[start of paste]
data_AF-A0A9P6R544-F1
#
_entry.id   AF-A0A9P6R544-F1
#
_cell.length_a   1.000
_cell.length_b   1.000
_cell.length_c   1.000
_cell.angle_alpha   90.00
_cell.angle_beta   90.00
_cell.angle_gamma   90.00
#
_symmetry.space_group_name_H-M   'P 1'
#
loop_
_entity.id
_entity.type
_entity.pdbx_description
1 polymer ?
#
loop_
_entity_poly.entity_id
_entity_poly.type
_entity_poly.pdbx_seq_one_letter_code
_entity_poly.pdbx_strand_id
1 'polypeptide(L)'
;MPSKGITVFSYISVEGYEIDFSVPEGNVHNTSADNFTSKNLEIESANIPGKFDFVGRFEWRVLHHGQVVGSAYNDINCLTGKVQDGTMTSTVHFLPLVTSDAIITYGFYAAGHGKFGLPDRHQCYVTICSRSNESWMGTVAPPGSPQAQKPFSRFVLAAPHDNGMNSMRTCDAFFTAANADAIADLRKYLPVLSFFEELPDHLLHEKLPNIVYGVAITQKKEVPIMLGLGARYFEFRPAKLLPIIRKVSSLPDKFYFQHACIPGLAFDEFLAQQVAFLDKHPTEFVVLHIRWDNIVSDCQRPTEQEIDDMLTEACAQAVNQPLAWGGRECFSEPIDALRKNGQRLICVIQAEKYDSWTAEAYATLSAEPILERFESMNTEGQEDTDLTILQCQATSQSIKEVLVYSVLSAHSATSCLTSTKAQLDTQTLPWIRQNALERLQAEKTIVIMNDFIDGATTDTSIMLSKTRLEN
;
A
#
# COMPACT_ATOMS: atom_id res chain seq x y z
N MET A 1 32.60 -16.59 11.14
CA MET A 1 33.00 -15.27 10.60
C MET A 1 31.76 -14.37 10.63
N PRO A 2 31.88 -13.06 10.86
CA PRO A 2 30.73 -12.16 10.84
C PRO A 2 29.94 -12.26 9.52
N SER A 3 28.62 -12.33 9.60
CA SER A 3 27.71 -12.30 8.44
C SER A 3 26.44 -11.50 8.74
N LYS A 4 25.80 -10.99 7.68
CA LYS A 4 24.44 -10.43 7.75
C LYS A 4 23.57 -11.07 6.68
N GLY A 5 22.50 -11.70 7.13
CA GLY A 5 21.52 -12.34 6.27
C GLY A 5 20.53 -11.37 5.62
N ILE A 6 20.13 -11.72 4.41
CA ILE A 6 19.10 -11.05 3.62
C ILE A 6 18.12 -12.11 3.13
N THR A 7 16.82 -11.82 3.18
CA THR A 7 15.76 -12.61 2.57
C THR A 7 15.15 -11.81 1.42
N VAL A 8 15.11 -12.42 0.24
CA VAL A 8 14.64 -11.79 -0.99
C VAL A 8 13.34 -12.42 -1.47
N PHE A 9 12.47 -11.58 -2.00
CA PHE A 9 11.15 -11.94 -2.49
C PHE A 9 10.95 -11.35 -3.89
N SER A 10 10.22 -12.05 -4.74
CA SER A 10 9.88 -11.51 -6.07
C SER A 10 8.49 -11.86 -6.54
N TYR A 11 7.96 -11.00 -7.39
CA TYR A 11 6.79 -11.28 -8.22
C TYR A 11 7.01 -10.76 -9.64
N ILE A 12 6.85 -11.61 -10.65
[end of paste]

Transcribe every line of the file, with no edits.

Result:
data_AF-A0A9P6R544-F1
#
_entry.id   AF-A0A9P6R544-F1
#
_cell.length_a   1.000
_cell.length_b   1.000
_cell.length_c   1.000
_cell.angle_alpha   90.00
_cell.angle_beta   90.00
_cell.angle_gamma   90.00
#
_symmetry.space_group_name_H-M   'P 1'
#
loop_
_entity.id
_entity.type
_entity.pdbx_description
1 polymer ?
#
loop_
_entity_poly.entity_id
_entity_poly.type
_entity_poly.pdbx_seq_one_letter_code
_entity_poly.pdbx_strand_id
1 'polypeptide(L)'
;MPSKGITVFSYISVEGYEIDFSVPEGNVHNTSADNFTSKNLEIESANIPGKFDFVGRFEWRVLHHGQVVGSAYNDINCLTGKVQDGTMTSTVHFLPLVTSDAIITYGFYAAGHGKFGLPDRHQCYVTICSRSNESWMGTVAPPGSPQAQKPFSRFVLAAPHDNGMNSMRTCDAFFTAANADAIADLRKYLPVLSFFEELPDHLLHEKLPNIVYGVAITQKKEVPIMLGLGARYFEFRPAKLLPIIRKVSSLPDKFYFQHACIPGLAFDEFLAQQVAFLDKHPTEFVVLHIRWDNIVSDCQRPTEQEIDDMLTEACAQAVNQPLAWGGRECFSEPIDALRKNGQRLICVIQAEKYDSWTAEAYATLSAEPILERFESMNTEGQEDTDLTILQCQATSQSIKEVLVYSVLSAHSATSCLTSTKAQLDTQTLPWIRQNALERLQAEKTIVIMNDFIDGATTDTSIMLSKTRLEN
;
A
#
# COMPACT_ATOMS: atom_id res chain seq x y z
N MET A 1 32.60 -16.59 11.14
CA MET A 1 33.00 -15.27 10.60
C MET A 1 31.76 -14.37 10.63
N PRO A 2 31.88 -13.06 10.86
CA PRO A 2 30.73 -12.16 10.84
C PRO A 2 29.94 -12.26 9.52
N SER A 3 28.62 -12.33 9.60
CA SER A 3 27.71 -12.30 8.44
C SER A 3 26.44 -11.50 8.74
N LYS A 4 25.80 -10.99 7.68
CA LYS A 4 24.44 -10.43 7.75
C LYS A 4 23.57 -11.07 6.68
N GLY A 5 22.50 -11.70 7.13
CA GLY A 5 21.52 -12.34 6.27
C GLY A 5 20.53 -11.37 5.62
N ILE A 6 20.13 -11.72 4.41
CA ILE A 6 19.10 -11.05 3.62
C ILE A 6 18.12 -12.11 3.13
N THR A 7 16.82 -11.82 3.18
CA THR A 7 15.76 -12.61 2.57
C THR A 7 15.15 -11.81 1.42
N VAL A 8 15.11 -12.42 0.24
CA VAL A 8 14.64 -11.79 -0.99
C VAL A 8 13.34 -12.42 -1.47
N PHE A 9 12.47 -11.58 -2.00
CA PHE A 9 11.15 -11.94 -2.49
C PHE A 9 10.95 -11.35 -3.89
N SER A 10 10.22 -12.05 -4.74
CA SER A 10 9.88 -11.51 -6.07
C SER A 10 8.49 -11.86 -6.54
N TYR A 11 7.96 -11.00 -7.39
CA TYR A 11 6.79 -11.28 -8.22
C TYR A 11 7.01 -10.76 -9.64
N ILE A 12 6.85 -11.61 -10.65